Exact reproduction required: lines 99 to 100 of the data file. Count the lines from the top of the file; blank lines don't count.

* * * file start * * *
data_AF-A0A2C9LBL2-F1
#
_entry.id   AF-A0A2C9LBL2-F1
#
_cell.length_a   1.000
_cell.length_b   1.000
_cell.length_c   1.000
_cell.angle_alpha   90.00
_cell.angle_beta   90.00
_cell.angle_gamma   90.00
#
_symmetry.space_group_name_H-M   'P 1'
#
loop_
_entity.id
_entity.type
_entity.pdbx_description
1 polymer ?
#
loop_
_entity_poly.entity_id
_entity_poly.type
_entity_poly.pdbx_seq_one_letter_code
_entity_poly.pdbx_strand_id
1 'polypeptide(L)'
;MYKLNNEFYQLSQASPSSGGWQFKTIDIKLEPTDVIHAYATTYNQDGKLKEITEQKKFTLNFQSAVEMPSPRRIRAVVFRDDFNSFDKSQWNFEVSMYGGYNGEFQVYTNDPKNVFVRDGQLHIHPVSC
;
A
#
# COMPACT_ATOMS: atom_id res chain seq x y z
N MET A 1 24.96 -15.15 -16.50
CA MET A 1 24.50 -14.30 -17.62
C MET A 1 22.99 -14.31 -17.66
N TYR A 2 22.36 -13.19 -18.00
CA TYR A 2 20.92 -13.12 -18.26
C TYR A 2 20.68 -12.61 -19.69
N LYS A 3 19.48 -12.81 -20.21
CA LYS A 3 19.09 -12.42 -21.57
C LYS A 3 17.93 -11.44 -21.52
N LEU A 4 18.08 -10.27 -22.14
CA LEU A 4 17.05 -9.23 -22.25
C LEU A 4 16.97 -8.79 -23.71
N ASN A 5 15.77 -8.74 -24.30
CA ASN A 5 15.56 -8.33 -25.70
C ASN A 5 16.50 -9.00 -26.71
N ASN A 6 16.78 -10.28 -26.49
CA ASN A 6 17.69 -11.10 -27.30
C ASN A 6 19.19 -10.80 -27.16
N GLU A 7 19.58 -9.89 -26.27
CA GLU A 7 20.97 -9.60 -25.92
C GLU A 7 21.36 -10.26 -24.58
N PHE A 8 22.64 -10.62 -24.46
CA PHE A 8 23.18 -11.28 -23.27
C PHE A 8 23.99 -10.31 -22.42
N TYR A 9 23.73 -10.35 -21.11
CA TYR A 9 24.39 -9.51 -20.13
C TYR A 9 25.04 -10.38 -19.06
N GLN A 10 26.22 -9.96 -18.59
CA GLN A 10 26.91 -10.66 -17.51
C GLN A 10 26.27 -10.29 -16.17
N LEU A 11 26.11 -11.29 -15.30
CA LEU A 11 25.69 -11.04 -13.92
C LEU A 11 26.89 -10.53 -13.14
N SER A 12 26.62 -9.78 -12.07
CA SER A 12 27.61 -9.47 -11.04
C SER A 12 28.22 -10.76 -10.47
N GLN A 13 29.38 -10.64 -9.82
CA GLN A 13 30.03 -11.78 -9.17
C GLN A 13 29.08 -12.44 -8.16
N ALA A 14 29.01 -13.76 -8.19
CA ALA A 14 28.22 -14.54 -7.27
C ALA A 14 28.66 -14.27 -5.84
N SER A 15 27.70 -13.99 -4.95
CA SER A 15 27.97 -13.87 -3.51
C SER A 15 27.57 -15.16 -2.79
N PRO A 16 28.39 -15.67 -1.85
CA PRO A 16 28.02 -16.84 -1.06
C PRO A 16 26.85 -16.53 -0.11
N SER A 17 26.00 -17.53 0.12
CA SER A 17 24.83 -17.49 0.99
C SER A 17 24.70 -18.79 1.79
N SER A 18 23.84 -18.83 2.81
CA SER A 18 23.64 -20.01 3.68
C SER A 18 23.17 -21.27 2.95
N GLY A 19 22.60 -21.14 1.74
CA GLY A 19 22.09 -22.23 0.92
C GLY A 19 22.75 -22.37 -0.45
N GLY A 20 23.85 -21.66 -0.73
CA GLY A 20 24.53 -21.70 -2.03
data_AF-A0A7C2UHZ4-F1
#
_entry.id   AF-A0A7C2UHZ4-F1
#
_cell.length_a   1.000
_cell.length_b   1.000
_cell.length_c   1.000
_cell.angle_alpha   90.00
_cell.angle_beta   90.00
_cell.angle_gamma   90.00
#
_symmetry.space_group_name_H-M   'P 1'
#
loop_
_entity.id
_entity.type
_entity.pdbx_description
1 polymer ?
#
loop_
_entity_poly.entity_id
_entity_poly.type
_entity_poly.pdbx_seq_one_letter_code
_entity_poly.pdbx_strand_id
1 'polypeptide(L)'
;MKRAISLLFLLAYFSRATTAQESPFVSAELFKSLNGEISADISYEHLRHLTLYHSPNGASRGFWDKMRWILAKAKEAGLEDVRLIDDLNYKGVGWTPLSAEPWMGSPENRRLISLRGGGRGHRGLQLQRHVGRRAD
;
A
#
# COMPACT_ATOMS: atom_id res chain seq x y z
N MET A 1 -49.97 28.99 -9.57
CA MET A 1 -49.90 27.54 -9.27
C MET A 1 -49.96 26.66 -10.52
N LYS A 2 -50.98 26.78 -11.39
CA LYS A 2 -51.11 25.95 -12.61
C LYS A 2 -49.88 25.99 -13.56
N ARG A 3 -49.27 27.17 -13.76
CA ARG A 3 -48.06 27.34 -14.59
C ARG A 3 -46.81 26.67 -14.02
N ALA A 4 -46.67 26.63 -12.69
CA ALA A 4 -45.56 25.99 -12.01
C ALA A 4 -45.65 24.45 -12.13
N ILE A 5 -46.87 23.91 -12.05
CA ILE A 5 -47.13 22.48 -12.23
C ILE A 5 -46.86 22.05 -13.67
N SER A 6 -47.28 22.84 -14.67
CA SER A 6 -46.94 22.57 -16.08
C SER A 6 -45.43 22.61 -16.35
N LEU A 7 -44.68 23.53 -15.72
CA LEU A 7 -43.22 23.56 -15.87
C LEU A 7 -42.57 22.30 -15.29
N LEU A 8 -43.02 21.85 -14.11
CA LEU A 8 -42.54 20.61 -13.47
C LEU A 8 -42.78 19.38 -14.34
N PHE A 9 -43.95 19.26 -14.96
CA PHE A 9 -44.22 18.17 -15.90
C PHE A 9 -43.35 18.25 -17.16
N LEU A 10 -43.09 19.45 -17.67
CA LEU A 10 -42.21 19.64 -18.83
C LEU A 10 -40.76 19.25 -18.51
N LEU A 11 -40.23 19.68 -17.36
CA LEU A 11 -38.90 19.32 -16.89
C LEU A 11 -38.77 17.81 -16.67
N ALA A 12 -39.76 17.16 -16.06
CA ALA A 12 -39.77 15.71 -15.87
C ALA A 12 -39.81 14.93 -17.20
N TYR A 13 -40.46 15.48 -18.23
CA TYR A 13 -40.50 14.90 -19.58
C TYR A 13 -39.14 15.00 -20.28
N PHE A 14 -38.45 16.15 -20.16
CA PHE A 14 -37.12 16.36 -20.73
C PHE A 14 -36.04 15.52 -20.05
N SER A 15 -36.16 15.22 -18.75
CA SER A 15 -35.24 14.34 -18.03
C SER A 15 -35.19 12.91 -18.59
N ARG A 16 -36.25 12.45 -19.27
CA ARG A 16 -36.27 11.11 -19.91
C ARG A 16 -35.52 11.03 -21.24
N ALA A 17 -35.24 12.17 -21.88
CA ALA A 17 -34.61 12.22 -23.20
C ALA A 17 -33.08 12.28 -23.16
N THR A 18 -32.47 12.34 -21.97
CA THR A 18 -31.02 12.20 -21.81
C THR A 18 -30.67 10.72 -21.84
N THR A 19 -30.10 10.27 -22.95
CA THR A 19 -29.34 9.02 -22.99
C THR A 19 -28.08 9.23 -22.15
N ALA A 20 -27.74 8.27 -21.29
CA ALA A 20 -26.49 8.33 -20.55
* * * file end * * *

_cell.angle_gamma   90.00
#